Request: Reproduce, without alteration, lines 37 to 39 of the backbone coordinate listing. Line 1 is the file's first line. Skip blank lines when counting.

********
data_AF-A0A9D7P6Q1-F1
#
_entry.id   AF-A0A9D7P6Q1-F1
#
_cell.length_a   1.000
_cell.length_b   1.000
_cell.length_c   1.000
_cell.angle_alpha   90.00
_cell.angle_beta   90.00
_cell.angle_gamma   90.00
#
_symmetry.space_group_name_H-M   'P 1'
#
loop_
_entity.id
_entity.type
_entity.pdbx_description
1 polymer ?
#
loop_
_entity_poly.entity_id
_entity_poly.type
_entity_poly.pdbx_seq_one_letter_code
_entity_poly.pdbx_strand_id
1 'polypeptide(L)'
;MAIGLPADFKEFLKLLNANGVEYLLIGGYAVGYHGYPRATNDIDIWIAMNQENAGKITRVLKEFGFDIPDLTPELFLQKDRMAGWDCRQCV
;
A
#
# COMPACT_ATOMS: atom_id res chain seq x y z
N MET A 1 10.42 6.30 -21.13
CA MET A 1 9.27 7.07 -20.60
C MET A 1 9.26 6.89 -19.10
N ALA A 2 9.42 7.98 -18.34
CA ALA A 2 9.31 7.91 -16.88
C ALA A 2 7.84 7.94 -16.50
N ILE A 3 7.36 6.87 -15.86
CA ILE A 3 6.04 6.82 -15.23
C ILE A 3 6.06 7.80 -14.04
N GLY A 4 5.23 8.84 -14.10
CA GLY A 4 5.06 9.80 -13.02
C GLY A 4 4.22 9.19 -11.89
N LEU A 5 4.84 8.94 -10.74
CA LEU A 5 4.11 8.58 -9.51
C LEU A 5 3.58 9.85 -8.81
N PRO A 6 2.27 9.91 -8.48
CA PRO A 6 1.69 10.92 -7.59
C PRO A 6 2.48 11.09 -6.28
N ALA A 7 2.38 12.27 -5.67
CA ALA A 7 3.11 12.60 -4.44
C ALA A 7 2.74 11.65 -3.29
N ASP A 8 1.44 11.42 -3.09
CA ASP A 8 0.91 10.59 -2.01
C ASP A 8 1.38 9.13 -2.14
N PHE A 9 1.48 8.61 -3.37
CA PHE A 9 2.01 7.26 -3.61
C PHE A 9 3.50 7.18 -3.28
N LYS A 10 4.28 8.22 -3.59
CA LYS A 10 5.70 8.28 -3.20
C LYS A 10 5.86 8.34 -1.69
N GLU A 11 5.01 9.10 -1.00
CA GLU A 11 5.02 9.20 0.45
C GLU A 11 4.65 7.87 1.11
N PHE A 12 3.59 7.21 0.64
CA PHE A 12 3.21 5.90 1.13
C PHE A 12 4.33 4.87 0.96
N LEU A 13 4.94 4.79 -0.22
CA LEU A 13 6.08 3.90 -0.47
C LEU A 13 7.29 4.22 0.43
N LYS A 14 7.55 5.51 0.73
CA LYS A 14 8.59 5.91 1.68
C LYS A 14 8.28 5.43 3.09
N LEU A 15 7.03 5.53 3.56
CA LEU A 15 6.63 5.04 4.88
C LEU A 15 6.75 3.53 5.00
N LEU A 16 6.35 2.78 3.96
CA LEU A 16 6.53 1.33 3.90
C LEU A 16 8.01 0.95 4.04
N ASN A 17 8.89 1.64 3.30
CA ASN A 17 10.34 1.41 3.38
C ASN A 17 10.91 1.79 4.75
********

N ILE A 3 7.36 6.87 -15.86
CA ILE A 3 6.04 6.82 -15.23
C ILE A 3 6.06 7.80 -14.04